Theoretical Quantum Dynamics
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Quantum many-body physics and quantum chemistry


Since the 1920s theoretical physics knows how to solve, in principle, all questions from atomic, molecular, and solid state physics. The key is the many-body Schrödinger equation which, unfortunately, is not possible to solve exactly for all but the smallest systems such as the helium atom even when the largest supercomputers are used. One has to rely on approximations to be able to address any questions of practical interest.

We utilize and develop state of the art quantum many-body theory approximations and apply them to current topics of interest such as ultra-cold atoms, molecule-surface interactions, and color centers in alkali-halide crystals.



Hierarchy of many-body theories

Density functional theory has become the workhorse of electronic structure theory. However, the introduction of orbitals by the Kohn-Sham ansatz scales cubically with system size, making the treatment of large structures numerically unfeasible. Orbital-free density functional theory scales linearly with system size, allowing for the treatment of millions of atoms. However, currently available orbital-free functionals cannot accurately treat heavier atoms, e.g., transition metals. By the introduction of angular-momentum dependent functionals, we greatly increase accuracy without inducing substantial numerical overhead. This research is done in collaboration with Prof. Emily Carter from Princeton.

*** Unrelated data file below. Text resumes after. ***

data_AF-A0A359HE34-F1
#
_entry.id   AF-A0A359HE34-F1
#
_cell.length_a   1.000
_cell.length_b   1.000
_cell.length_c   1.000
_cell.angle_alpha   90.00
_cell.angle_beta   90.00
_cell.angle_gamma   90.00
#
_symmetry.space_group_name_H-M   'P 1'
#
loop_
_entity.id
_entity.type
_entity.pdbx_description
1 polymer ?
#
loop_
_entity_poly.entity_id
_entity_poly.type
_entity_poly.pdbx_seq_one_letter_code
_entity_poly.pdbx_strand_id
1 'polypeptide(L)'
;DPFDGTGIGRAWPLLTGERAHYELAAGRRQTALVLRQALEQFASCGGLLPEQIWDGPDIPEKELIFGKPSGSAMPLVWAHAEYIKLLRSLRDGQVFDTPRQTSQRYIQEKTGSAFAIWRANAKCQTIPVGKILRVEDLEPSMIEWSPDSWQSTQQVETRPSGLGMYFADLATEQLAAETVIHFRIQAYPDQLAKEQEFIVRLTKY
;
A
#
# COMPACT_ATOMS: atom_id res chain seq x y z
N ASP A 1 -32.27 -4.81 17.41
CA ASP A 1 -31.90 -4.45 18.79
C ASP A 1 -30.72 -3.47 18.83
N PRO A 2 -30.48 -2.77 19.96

Selected publications:
Angular-Momentum-Dependent Orbital-Free Density Functional Theory
Y. Ke, F. Libisch, J. Xia, L.-W. Wang, and E. A. Carter  Physical Review Letters 111, 066402 (2013)

Angular momentum dependent orbital-free density functional theory: Formulation and implementation
Y. Ke, F. Libisch, J. Xia, and E. A. Carter  Physical Review B 89, 155112 (2014)

Embedding: combining different quantum many-body methods

Solving the quantum mechanical many-particle Schrödinger equation is numerically quite challenging: exact solutions are feasible only for two-particle systems. Several levels of approximation have been devised, from highly accurate (and numerically very demanding) quantum chemistry correlated wavefunction methods, Kohn-Sham density functional theory, to empirical tight-binding methods. For more complex systems, one is usually constrained to the most accurate method that can still treat the required system size. However, many problems are difficult to tackle with a single method. Consider, for example, the interaction between a metal surface and approaching oxygen molecules, as of interest for many catalytic processes: while density functional theory handles the extended metal surface well, accurate treatment of the charge transfer processes from the surface to the oxygen molecule requires expensive correlated wavefunction methods. This research is done in collaboration with Prof. Emily Carter from Princeton.

Selected publications:
Origin of the Energy Barrier to Chemical Reactions of O2 on Al(111): Evidence for Charge Transfer, Not Spin Selection
F. Libisch, C. Huang, P. Liao, M. Pavone, and E. A. Carter  Physical Review Letters 109, 198303 (2012)

Embedded Correlated Wavefunction Schemes: Theory and Application
F. Libisch, C. Huang, and E. A. Carter  Accounts of Chemical Research, 47, 2768 (2014)

The two-particle reduced density matrix of the ground state of a one-dimensional LiH model

The time-dependent two-particle reduced density matrix method